Then, in the wonderfully named periodical The Minerva, also of New York, dated 9 January 1797 we have this. A notice for the fluid goods for sale by Michael Moore & Co. located at No 77 John Street, late Golden Hill. He has taken over the business of Joseph Ireland, hopefully now staffed by steady sober folk. The trade is identified being undertaken at the house of Caleb Haviland, merchant tailor, who is also identified as one of the company. Things are progressing so well, Haviland is joining into new ventures in the town with others – and promising the delivery soon of imported bottles of London Porter, Bath Ale and Brown Stout. Fabulous.

By the publication of the New York Gazette on 14 June 1797, Haviland is dissolving what had become a partnership with Mr. Moore and was away to the races, taking on the porter vault by himself and becoming the drinks merchant we met in 2015.

*Sadly, an unnamed occupant of 13 Golden Hill was running a notice for the sale of an unnamed enslaved young woman and her child, as seen in The Diary of 16 March 1793, though with the statement “sold for no fault, only want of employ.” As we have seen, slavery was common in New York in that era.

Bert Grant, One Of Canada’s Gifts To Craft Brewing

As I mentioned the other day, I have been thinking about Bert Grant’s hop oil vial.* In his online obituary as written by Michael Jackson, under the head “How Bert Grant Saved The World”, the vial is described in this way:

“When you were brewing Canada, ales were still very popular. How many units of bitterness did they typically have?” I once asked. “I don’t know. I hadn’t invented the scale,” he replied. He was reputed to carry a vial of hop oil, and to add it to glasses of Bud, Miller or Coors when they were the only brews available. He was said to have done this at meetings of Master Brewers in Milwaukee and St Louis, dismaying his peers. “Michael Jackson adds it to his coffee,” he is alleged to have said, in his defence. Did he really say that? I think that joke was coined by beer-writer and consultant Vince Cottone.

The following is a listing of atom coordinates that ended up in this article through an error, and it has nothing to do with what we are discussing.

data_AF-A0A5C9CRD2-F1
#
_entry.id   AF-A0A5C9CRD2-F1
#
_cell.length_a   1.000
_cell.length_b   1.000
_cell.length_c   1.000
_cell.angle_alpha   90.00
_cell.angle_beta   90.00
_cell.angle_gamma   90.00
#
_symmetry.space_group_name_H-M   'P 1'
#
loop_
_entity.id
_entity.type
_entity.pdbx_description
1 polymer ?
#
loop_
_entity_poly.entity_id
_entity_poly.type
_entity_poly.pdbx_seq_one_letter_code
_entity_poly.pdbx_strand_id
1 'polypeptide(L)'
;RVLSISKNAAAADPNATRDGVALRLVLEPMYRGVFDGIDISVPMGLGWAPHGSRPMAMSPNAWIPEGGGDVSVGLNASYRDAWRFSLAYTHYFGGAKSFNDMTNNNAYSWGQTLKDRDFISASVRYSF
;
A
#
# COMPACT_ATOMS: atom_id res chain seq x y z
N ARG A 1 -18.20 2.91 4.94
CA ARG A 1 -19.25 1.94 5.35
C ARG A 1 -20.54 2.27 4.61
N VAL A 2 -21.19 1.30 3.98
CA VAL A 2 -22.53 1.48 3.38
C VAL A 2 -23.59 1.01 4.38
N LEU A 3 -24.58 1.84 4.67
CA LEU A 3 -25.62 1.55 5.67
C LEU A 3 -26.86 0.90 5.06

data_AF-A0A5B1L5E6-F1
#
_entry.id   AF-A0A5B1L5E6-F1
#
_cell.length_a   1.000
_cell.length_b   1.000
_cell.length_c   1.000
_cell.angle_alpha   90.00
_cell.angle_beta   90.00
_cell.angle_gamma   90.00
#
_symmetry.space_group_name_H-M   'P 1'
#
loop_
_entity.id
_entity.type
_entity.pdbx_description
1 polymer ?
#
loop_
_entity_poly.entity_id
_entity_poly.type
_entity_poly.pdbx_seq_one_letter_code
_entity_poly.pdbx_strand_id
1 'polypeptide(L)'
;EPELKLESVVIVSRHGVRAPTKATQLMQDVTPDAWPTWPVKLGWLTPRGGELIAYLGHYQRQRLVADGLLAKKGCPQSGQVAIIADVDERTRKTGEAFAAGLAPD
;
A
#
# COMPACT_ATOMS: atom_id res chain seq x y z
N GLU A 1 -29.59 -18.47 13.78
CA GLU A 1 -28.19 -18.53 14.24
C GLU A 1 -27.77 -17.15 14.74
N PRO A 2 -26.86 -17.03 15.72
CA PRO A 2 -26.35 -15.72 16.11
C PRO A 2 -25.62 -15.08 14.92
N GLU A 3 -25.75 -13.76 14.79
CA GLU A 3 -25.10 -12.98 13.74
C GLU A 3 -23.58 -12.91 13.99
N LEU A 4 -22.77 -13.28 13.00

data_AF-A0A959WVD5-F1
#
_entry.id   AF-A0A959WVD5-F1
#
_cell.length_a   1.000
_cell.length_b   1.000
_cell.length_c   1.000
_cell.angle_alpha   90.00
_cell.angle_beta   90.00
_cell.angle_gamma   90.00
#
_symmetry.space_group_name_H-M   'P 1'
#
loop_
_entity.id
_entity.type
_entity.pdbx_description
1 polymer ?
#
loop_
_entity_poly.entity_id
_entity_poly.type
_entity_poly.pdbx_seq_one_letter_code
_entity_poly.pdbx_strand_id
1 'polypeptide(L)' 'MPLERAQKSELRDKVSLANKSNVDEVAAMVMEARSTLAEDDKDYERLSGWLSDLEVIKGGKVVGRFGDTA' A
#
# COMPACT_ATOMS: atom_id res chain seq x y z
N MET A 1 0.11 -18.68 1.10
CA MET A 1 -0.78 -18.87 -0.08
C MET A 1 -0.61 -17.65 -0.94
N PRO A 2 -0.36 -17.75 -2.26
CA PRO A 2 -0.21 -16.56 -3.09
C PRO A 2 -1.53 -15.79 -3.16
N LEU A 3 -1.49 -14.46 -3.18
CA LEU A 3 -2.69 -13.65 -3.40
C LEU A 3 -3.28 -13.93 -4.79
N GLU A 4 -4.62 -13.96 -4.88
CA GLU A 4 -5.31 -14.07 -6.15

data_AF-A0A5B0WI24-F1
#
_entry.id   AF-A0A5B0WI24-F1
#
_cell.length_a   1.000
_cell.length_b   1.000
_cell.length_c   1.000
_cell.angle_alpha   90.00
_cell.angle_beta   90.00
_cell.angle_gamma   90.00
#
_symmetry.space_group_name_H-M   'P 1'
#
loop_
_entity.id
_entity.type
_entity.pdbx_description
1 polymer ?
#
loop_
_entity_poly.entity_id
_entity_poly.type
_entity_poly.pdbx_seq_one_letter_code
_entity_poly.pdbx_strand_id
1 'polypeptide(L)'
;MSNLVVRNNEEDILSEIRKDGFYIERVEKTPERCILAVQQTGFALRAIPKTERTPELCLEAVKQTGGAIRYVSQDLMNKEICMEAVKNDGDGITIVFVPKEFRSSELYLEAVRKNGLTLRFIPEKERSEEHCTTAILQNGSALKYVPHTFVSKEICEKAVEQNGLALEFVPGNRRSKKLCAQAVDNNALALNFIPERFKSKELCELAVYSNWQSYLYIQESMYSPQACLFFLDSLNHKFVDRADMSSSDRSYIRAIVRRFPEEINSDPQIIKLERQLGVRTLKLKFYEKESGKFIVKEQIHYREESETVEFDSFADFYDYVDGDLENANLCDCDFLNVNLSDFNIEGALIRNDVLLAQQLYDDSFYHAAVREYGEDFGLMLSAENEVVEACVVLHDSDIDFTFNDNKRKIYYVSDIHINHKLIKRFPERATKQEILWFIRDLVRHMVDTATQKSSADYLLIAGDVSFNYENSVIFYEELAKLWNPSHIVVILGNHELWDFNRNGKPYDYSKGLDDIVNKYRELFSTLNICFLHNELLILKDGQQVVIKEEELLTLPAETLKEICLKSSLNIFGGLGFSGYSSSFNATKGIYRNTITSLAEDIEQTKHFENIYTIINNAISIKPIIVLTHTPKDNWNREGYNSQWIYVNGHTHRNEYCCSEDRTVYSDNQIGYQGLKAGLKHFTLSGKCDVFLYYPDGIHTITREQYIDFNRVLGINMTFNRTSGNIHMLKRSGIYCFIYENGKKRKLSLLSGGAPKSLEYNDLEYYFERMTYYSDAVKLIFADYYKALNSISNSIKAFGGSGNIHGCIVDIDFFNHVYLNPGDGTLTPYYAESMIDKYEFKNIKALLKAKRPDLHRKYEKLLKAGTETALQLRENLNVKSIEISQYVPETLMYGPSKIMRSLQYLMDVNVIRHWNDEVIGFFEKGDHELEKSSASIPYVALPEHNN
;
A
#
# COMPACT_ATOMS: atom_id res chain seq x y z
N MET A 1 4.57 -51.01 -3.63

See, that vial is one of the most important artifacts in craft beer history as it contained one key element of the DNA which went into craft beer’s hoppy obsession of today. A bit of a viral vial. I wanted to know where it came from, how early he was using it and in doing a little digging I came to realize, like E.P. Taylor… as well as half the malt in US craft beers today, Bert Grant was one of Canada’s great contributions to good beer as we know it today.

In 1998, three years before his death he published a autobiography, humbly entitled The Ale Master: Bert Grant, The Dean of America’s Craft Brewers. Not a long book, I recommend it highly. The copy found on eBay is a sturdy wee hardcover. And, on page 33, there is a discussion of that hop oil vial… but one that sits a little out of sequence sequence in a side panel. [It’s that sort of wee book, full of snippets and asides… not unlike this aside.] This side panel talks about how he carried a dropper bottle of hop oil and that he had sent another one to his pal George Stein in Toronto. But it doesn’t say when this was – before 1963 when he was living in Windsor, Ontario… or was it before 1959 when he left the Carling branch of E.P. Taylor’s Canadian Breweries in Toronto where he had worked for 15 years, ending up as assistant director of microbiological control. Or was it only a practice he adopted later, after he leaves Canada for Yakima in Washington State in 1967 after working as a consultant and testing out his ideas on a pilot brewery at his house in Windsor across the river from Detroit, Michigan?